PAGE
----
When HVN Ireland Meets HVN Athens


Editor’s Note: This article originally appeared on Mad in Ireland. The author, Chairperson of Hearing Voices Network Ireland Owen Ó Tuama, talks about the joy and power of community for voice-hearers around the globe.

Recently I as Chairperson of Hearing Voices Network Ireland (HVNI) got to spend some time with Hearing Voices Network Athens (HVNA), in Athens. I received a warm and loving welcome from the Network there, participated in one group, would have liked to join a second, if not for an episode. We also played music—doura & guitar—ate together and hung out at the HVNA premises in Athens. There were lots of hugs and laughter, as well as the serious business of who we are.

The HVN Athens/Greece has approximately 60 members which, like HVNI hold a monthly steering Committee. They organise two self-help groups for voice-hearers in Athens City, also Herakleion, Chania, Agrinio, & Thessaloniki. There are two self-help groups for family and friends in Athens with potentially a third one to come. There is a group for collaborative practice and self-education for mental health professionals and trainees. There are 3000 people on the HVNG newsletter list.

The Athens network host many extracurricular social, arts, and café groups also. There is a yearly seminar. I was invited to be part of one, hosted by HVNA and the psychology department of the University of Thessaly. Other seminars of HVNA have been in mental health hospitals—including on the infamous psychiatric hospital on the island of Leros, which in 1989 became internationally known for the maltreatment of patients and embezzlement of funds. Also seminars have been held with user & family associations, NGOs, and universities.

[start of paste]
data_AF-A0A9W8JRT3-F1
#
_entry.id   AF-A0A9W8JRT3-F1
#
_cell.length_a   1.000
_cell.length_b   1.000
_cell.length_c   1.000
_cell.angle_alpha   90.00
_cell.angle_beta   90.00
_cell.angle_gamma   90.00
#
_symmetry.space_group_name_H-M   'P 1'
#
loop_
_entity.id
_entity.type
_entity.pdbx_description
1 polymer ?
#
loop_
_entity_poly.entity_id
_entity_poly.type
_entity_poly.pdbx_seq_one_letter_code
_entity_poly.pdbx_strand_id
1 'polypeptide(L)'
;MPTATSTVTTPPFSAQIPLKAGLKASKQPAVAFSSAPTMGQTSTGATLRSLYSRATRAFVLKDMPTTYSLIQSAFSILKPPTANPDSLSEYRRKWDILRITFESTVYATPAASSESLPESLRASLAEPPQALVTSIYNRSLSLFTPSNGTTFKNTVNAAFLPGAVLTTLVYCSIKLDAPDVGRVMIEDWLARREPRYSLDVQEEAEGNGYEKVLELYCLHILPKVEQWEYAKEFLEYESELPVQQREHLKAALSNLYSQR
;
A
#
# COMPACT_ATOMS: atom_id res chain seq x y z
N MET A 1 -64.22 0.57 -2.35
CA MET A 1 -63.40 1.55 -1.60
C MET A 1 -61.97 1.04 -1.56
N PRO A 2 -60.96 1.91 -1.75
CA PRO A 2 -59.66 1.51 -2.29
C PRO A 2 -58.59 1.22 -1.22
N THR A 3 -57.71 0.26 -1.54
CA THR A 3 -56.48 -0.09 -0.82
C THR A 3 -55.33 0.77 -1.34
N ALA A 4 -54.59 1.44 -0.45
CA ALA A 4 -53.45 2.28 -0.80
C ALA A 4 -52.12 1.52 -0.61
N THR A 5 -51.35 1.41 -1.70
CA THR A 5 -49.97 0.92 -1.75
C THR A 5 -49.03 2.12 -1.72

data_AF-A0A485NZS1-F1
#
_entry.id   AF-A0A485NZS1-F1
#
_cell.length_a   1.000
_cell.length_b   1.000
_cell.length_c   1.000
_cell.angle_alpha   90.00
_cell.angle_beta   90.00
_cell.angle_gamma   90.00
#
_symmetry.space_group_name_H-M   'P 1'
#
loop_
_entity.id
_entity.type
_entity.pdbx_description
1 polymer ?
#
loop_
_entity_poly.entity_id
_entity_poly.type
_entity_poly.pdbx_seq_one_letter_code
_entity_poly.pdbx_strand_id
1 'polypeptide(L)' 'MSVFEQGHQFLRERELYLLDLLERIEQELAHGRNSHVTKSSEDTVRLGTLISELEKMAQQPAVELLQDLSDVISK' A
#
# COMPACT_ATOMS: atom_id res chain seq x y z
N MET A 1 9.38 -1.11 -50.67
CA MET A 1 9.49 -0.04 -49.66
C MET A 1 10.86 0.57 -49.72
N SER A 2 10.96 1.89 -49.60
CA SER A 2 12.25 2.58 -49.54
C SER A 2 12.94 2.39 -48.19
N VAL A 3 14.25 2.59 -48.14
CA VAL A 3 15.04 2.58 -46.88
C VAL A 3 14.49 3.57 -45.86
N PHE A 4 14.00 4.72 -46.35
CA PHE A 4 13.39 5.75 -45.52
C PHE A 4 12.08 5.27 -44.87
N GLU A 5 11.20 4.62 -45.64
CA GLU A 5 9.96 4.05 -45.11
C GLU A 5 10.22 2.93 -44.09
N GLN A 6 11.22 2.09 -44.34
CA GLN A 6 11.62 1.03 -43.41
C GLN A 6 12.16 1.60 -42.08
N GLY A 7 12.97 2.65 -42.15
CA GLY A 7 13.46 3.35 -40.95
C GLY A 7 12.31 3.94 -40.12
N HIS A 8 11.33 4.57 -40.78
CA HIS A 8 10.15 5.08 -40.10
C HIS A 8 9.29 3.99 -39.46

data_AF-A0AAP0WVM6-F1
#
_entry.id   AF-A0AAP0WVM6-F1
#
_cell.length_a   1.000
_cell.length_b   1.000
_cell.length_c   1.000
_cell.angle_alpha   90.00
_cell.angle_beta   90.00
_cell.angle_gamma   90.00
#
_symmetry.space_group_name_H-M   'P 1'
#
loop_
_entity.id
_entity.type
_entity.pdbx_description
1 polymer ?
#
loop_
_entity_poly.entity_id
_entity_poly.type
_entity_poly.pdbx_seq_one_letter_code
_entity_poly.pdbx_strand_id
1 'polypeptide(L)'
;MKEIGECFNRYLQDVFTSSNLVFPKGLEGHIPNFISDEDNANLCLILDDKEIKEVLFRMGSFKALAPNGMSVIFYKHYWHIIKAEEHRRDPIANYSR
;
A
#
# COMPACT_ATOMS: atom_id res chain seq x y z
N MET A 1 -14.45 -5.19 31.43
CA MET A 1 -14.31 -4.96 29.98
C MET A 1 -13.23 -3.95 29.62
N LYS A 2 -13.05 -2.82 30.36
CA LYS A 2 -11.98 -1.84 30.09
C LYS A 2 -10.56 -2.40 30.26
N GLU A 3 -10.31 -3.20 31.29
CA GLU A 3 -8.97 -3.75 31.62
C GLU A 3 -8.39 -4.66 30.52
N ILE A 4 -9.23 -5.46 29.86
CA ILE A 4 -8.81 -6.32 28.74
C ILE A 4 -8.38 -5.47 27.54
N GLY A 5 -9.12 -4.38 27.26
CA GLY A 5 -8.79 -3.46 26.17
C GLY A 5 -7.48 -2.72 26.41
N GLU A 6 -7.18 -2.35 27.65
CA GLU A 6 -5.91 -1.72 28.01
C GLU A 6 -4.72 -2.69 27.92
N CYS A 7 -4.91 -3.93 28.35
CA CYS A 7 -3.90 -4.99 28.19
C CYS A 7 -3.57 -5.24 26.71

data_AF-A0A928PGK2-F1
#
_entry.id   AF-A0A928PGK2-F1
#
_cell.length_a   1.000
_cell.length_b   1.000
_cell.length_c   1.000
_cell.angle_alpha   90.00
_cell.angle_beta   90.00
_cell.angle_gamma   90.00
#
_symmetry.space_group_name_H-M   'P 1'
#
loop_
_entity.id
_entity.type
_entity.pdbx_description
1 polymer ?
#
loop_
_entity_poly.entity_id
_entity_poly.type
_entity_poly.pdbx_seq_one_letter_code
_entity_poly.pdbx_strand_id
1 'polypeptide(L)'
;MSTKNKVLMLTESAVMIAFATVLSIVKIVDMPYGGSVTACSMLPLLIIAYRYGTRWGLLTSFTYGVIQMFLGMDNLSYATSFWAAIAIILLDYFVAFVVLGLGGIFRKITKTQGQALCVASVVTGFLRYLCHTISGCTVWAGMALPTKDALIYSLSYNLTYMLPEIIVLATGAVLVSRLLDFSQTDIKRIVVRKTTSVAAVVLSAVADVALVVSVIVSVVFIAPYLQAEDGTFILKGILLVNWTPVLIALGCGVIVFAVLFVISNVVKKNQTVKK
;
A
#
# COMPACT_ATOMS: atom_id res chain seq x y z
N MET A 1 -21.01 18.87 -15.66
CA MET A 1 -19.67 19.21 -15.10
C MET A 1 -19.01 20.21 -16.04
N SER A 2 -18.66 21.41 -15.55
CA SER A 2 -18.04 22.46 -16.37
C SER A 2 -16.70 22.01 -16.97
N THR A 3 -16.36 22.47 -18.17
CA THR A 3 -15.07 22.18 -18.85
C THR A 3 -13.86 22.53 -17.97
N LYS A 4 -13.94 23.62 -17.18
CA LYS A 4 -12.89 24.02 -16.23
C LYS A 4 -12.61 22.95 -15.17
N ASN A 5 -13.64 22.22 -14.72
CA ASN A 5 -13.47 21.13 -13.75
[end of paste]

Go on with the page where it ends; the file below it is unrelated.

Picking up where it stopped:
HVNA have collaborated with Initiative for a Polymorphous Movement for Mental Health, family associations for mental health, collective worker’s publishing houses in Athens, city movements, events, discussions in organisations and political places, etc. They have published or intend to publish titles by Joanna Moncrieff, Lucy Johnstone, & others in the field of critical psychiatry.

The aims of Hearing Voices Networks worldwide are the same, that is to provide support, foster acceptance, meaning-making & metaphor to the condition of hearing voices, for voice-hearers and their family and friends. We prefer the term ‘voice-hearers’ rather than ‘psychosis’ or ‘schizophrenia’ as the former term is less stigmatising and more human,  common, and everyday.

As HVNA have said in their article for Asylum Magazine (Spring 2018, “Spreading the word—Eight Years of HVN Greece, Creating Space for Our Voices”) what the HVN do is “a vivid, autopoietic system that aims at producing meaning and therefore life”. It states that we as psych survivors “have been violently attacked from neoliberal politics that aim to destroy the community”. The HVN Movement aims to keep people connected. As the HVN have stated, “there is no life without connection, there is no life for human beings without meaning”. Voice-hearers participate at all levels of our actions, which empowers us. Voice-hearers challenge ourselves by exposing personal issues and, speaking through our experience, present a new perspective about ‘psychosis’ to professionals. A more human approach is adopted. Our community work brings us in touch with other social movements such as associations for human rights, antifascists movements, etc.